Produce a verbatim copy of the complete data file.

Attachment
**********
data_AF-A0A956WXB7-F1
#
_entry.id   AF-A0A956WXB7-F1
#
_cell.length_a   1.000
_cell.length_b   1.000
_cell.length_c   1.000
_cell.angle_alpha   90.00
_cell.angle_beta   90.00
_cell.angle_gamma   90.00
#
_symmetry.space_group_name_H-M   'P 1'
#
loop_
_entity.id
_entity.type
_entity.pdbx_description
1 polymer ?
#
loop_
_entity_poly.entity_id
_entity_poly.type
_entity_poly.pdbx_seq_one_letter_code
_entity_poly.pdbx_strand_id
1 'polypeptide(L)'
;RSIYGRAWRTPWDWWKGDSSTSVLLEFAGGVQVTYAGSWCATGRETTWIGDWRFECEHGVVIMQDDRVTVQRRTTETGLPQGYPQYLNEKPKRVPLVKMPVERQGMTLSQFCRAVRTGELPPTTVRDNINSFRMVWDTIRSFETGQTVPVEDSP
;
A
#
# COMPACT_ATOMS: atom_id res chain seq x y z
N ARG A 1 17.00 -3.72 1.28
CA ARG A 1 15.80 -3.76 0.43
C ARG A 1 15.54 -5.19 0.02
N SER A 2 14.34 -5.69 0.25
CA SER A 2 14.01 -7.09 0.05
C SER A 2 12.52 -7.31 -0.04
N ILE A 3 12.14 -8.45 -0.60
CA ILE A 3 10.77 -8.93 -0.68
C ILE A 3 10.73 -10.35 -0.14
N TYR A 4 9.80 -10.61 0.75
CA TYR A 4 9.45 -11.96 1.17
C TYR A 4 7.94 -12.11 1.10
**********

data_AF-A0A956WXB7-F1
#
_entry.id   AF-A0A956WXB7-F1
#
_cell.length_a   1.000
_cell.length_b   1.000
_cell.length_c   1.000
_cell.angle_alpha   90.00
_cell.angle_beta   90.00
_cell.angle_gamma   90.00
#
_symmetry.space_group_name_H-M   'P 1'
#
loop_
_entity.id
_entity.type
_entity.pdbx_description
1 polymer ?
#
loop_
_entity_poly.entity_id
_entity_poly.type
_entity_poly.pdbx_seq_one_letter_code
_entity_poly.pdbx_strand_id
1 'polypeptide(L)'
;RSIYGRAWRTPWDWWKGDSSTSVLLEFAGGVQVTYAGSWCATGRETTWIGDWRFECEHGVVIMQDDRVTVQRRTTETGLPQGYPQYLNEKPKRVPLVKMPVERQGMTLSQFCRAVRTGELPPTTVRDNINSFRMVWDTIRSFETGQTVPVEDSP
;
A
#
# COMPACT_ATOMS: atom_id res chain seq x y z
N ARG A 1 17.00 -3.72 1.28
CA ARG A 1 15.80 -3.76 0.43
C ARG A 1 15.54 -5.19 0.02
N SER A 2 14.34 -5.69 0.25
CA SER A 2 14.01 -7.09 0.05
C SER A 2 12.52 -7.31 -0.04
N ILE A 3 12.14 -8.45 -0.60
CA ILE A 3 10.77 -8.93 -0.68
C ILE A 3 10.73 -10.35 -0.14
N TYR A 4 9.80 -10.61 0.75
CA TYR A 4 9.45 -11.96 1.17
C TYR A 4 7.94 -12.11 1.10